Photo credit: Ryan Gobuty/Gensler

Commercial Real Estate

A New Twist on the Great Open Office Debate

As the war for top talent grows ever fiercer, companies must focus on the experience they can offer recruits in order to stay ahead.

By now everyone has heard of the ongoing debate between open and closed office plans. One’s better for introverts, one’s better for extroverts, one’s too loud, one’s too quiet, one’s geared toward an experienced workforce, one’s made for free-thinking millennials, and so on.

Cindy Simpson, Gensler

The truth is far more nuanced. Gensler’s 2019 US Workplace Survey, which pulls data from 6,000 workers in 10 different industries, from administrative support up to the C-Suite—and for the first time, all four generations—has revealed that the question of either/or is outdated. It’s not about open versus closed, but rather a question of how much of each, and where.

Open office design has been pushed as a way to maximize effectiveness; by promoting employee engagement, companies could maximize business productivity. Last year’s Workplace Survey revealed Experience to be the missing X factor. Experience is comprised of culture, interaction, behavior, and space–ephemeral elements that are often difficult to measure, yet integral to understanding workplace effectiveness. As the war for top talent grows ever fiercer, companies must focus on the experience they can offer recruits in order to stay ahead.

Obsolete thinking says high performers are only found crunching away at their desks. Now we know that our best workers can be found hatching new business plans or informally innovating together over coffee. Our data reveals that high performers actually work everywhere. But how do you create an environment that makes everywhere optimal, and supportive of our employees’ work styles and goals?

Although employees need an effective workplace to perform well, they need a great experience to excel. Here are strategies to create the experience top talent seeks:

Design open environments to include private space, too. Gensler’s 2019 Workplace Survey asked respondents how open their office should be. The results are extremely nuanced, but it’s clear that neither extreme works well. We measured offices with varying degrees of open collaborative space and private focus space, and at either extreme, total openness and total privacy. Our report found that 77 percent of workers prefer having both—a  mostly open environment with access to on-demand private spaces.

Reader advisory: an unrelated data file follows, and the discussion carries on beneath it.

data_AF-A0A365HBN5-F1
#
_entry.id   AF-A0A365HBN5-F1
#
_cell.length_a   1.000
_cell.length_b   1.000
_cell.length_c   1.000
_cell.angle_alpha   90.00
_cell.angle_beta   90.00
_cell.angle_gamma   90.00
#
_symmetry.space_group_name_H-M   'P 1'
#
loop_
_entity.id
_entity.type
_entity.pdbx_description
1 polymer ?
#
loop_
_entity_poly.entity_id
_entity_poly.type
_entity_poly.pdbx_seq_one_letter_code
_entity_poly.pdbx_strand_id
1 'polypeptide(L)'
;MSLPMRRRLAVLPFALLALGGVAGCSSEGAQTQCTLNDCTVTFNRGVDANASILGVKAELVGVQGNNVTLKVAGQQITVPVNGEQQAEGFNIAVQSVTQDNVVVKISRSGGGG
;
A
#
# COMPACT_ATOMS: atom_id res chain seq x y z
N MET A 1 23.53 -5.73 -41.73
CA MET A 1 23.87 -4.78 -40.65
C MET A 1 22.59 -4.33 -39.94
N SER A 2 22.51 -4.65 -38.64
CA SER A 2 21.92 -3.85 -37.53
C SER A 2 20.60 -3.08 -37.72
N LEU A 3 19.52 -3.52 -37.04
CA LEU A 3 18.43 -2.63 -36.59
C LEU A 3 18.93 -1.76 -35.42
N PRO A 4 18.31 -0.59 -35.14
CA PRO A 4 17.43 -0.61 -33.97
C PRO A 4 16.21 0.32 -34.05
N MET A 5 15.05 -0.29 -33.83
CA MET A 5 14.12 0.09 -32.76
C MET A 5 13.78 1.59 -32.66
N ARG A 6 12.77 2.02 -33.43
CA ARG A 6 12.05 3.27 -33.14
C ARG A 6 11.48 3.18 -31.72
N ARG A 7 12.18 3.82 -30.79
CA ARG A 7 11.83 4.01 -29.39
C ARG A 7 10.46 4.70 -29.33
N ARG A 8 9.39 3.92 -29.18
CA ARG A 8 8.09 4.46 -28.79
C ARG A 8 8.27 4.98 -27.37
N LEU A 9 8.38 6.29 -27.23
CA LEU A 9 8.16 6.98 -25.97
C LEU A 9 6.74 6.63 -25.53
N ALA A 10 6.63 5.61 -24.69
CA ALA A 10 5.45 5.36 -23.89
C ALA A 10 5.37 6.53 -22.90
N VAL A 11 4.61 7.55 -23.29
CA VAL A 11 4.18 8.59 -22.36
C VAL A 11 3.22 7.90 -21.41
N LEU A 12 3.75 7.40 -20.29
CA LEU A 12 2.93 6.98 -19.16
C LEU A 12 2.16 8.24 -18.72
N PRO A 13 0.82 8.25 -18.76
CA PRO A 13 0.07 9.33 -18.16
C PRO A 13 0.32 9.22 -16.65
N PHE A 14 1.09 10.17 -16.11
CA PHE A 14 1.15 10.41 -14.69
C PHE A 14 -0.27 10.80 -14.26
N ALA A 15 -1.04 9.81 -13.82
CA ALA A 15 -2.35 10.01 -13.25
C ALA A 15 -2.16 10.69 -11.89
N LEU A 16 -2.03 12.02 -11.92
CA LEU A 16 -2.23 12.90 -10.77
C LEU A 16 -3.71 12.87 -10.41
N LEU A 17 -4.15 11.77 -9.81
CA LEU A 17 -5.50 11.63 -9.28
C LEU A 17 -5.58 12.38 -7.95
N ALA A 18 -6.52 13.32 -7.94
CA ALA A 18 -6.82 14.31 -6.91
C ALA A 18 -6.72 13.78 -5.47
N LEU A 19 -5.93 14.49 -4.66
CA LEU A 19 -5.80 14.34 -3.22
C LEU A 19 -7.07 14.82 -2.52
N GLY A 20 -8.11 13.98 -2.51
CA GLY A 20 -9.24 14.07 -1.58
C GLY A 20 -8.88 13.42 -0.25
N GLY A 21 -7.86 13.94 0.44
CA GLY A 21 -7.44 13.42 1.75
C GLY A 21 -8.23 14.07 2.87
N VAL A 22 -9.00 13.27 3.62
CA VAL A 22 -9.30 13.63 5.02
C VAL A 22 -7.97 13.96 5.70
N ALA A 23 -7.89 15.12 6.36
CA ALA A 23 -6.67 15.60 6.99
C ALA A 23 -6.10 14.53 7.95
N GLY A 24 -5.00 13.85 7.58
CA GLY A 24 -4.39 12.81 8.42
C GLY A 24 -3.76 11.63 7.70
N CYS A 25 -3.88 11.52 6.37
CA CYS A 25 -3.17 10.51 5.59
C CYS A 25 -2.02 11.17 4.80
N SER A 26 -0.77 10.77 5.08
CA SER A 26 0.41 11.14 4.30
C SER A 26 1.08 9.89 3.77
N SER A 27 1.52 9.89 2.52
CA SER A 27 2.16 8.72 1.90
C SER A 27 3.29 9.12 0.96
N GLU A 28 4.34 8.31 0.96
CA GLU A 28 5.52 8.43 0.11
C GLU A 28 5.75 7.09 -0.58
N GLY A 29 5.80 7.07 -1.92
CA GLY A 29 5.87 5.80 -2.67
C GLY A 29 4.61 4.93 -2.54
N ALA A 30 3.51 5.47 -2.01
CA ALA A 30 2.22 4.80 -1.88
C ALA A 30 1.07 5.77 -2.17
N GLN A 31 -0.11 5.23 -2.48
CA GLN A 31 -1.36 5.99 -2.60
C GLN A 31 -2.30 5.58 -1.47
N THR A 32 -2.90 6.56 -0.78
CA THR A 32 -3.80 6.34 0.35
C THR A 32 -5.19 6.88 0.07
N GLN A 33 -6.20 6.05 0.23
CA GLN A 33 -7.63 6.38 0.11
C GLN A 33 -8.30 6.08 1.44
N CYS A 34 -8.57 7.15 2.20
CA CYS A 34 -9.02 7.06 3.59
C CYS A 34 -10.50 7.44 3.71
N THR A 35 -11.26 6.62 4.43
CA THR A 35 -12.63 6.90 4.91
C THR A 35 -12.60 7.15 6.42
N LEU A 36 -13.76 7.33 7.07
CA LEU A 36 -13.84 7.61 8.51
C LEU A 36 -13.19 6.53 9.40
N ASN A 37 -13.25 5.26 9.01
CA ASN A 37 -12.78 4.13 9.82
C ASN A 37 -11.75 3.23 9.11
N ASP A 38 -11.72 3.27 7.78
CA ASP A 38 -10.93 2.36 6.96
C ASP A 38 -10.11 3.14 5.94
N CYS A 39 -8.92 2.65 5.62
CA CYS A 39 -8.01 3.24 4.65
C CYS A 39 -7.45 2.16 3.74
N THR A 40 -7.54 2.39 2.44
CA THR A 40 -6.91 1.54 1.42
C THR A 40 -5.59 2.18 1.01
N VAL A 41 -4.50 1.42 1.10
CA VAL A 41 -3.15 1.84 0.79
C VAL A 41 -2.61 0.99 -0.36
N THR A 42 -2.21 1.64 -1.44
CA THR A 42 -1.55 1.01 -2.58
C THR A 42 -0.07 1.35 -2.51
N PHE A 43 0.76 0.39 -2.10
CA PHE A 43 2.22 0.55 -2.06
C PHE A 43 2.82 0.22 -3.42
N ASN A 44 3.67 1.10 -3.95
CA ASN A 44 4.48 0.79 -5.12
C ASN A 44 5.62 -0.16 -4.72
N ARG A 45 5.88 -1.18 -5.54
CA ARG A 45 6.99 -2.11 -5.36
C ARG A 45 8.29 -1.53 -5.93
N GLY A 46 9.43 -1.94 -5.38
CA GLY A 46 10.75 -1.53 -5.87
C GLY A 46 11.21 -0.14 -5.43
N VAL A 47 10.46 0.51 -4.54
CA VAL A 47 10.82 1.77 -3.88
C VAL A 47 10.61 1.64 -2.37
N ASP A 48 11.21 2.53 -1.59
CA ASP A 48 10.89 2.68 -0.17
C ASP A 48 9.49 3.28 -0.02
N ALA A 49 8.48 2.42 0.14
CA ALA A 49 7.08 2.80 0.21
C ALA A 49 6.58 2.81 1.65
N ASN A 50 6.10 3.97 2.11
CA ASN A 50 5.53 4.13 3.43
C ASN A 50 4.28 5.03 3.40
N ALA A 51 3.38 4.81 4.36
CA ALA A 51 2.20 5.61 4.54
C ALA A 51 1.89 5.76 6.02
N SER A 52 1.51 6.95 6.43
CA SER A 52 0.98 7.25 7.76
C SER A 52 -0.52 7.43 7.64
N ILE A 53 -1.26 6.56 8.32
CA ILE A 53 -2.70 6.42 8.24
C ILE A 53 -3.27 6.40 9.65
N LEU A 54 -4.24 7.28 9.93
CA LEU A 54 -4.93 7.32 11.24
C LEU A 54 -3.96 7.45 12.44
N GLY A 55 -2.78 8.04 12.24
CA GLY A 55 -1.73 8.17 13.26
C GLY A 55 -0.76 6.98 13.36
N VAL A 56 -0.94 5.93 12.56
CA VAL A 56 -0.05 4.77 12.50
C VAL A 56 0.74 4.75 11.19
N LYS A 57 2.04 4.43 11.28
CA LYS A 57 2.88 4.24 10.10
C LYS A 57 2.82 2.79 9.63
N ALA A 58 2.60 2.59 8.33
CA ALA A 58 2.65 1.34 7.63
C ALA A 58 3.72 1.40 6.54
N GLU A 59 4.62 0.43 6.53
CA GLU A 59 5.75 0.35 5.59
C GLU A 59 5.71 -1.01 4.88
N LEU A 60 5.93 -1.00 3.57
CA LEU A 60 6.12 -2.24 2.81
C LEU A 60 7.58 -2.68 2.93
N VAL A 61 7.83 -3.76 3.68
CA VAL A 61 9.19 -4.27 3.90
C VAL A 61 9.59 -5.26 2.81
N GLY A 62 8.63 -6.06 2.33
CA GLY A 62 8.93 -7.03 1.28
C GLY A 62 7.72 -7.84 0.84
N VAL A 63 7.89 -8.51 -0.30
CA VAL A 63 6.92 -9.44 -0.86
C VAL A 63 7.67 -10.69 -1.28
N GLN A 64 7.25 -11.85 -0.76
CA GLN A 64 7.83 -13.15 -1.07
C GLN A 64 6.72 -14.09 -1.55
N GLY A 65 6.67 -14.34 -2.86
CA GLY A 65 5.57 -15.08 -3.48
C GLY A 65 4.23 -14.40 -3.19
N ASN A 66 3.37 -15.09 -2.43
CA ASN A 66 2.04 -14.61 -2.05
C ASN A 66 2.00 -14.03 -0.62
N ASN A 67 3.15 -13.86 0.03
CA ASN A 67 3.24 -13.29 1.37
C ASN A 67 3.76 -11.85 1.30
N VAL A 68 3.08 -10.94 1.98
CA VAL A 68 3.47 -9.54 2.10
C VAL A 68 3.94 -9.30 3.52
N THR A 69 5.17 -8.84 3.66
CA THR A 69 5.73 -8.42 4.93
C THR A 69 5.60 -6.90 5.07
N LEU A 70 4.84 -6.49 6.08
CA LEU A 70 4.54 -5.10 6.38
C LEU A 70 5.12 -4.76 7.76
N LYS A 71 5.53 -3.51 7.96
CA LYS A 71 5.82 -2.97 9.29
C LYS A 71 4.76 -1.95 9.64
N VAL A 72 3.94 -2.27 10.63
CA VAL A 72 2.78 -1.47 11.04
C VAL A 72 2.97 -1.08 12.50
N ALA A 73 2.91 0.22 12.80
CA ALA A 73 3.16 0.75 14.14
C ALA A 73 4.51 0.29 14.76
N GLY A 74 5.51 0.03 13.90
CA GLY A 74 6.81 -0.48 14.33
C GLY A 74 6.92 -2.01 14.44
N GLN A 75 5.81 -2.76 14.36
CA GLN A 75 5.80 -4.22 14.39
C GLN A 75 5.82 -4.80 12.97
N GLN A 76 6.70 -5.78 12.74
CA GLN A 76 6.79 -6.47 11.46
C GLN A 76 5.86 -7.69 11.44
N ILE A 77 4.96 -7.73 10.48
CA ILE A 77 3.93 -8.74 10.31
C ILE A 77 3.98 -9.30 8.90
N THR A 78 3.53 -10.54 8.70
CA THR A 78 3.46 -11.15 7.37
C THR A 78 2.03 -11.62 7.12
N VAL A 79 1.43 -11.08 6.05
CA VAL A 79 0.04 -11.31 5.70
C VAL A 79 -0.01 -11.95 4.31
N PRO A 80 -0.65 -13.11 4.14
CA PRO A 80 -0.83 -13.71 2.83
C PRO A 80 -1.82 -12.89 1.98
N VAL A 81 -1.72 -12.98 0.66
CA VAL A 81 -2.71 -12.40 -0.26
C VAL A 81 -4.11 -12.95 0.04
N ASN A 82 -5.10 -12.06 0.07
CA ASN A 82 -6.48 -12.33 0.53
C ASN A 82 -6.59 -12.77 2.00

Thinking in degrees of openness empowers employees by letting them choose what works for them. On-demand private space, a few private focus rooms, desks with varying degrees of enclosure, shared offices and collaborative team rooms provide options throughout the day to accommodate all workstyles. This choice-based strategy creates a culture of flexibility that allows for the constant pivoting between the different environments necessary for team-based work.

Invest in amenities that are about optimizing work, not escaping it. Not all amenities are worth the investment. The top tiers of amenities hit the sweet spot of delivering an effective work environment and impactful experience. It may be surprising to hear, but employees don’t need amenities to provide a break or escape from work. They just want a different work environment that better supports their work needs.

As a result, respondents ranked innovation hubs, maker spaces, tech-free quiet zones, and outdoor workspaces as most valuable, and traditionally ubiquitous amenities like cafeterias and break rooms and lounges least. Companies should offer amenities that enhance productivity, and provide alternative work settings to support mobility, performance, and engagement.

Integrate coworking as a supplement, not a replacement, for a great workplace experience. Fourteen percent of employees at large companies (100+ employees) use coworking spaces. Although coworking has become a hot new buzzword, it’s important to consider how to strategically maximize the benefits it offers. Most users only spend a day per week or less working from coworking spaces, so it makes little sense to make coworking a primary work setting. Instead, coworking delivers the greatest impact as an amenity.

In short, Gensler’s research shows that although the debate between the merits of open and closed offices may be over, the debate itself has revealed the nuances of culture, choice, and empowerment in maximizing our workplace engagement and the productivity of our businesses. High-performing employees require a variety of environments to suit their varying needs throughout the workday, and companies should invest in optimizing those environments in order to benefit the company as a whole.

Find out more about Gensler’s 2019 US Workplace Survey here.

Cindy Simpson is the managing director of Gensler’s Dallas office, a member of the firm’s board of directors, and a Fellow in the International Interior Design Association.



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